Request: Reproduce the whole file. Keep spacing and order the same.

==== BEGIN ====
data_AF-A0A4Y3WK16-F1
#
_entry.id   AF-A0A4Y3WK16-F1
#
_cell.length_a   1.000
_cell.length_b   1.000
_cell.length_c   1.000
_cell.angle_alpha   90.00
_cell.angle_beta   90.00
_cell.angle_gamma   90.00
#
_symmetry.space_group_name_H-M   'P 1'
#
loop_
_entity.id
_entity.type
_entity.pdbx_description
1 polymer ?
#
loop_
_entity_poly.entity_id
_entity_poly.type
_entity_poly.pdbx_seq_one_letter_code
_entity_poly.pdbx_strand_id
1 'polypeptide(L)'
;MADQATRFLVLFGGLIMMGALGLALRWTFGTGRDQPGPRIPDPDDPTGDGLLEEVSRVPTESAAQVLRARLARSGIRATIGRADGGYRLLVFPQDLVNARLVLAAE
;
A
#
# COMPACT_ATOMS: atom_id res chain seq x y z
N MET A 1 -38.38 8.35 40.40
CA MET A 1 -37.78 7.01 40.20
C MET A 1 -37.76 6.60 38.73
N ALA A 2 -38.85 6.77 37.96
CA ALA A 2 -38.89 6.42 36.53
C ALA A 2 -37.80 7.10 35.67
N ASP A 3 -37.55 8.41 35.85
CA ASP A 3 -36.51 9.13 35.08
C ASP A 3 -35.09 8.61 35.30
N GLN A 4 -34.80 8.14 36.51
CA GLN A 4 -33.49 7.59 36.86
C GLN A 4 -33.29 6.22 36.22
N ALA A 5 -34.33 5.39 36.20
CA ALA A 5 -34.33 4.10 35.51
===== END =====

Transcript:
data_AF-A0A4Y3WK16-F1
#
_entry.id   AF-A0A4Y3WK16-F1
#
_cell.length_a   1.000
_cell.length_b   1.000
_cell.length_c   1.000
_cell.angle_alpha   90.00
_cell.angle_beta   90.00
_cell.angle_gamma   90.00
#
_symmetry.space_group_name_H-M   'P 1'
#
loop_
_entity.id
_entity.type
_entity.pdbx_description
1 polymer ?
#
loop_
_entity_poly.entity_id
_entity_poly.type
_entity_poly.pdbx_seq_one_letter_code
_entity_poly.pdbx_strand_id
1 'polypeptide(L)'
;MADQATRFLVLFGGLIMMGALGLALRWTFGTGRDQPGPRIPDPDDPTGDGLLEEVSRVPTESAAQVLRARLARSGIRATIGRADGGYRLLVFPQDLVNARLVLAAE
;
A
#
# COMPACT_ATOMS: atom_id res chain seq x y z
N MET A 1 -38.38 8.35 40.40
CA MET A 1 -37.78 7.01 40.20
C MET A 1 -37.76 6.60 38.73
N ALA A 2 -38.85 6.77 37.96
CA ALA A 2 -38.89 6.42 36.53
C ALA A 2 -37.80 7.10 35.67
N ASP A 3 -37.55 8.41 35.85
CA ASP A 3 -36.51 9.13 35.08
C ASP A 3 -35.09 8.61 35.30
N GLN A 4 -34.80 8.14 36.51
CA GLN A 4 -33.49 7.59 36.86
C GLN A 4 -33.29 6.22 36.22
N ALA A 5 -34.33 5.39 36.20
CA ALA A 5 -34.33 4.10 35.51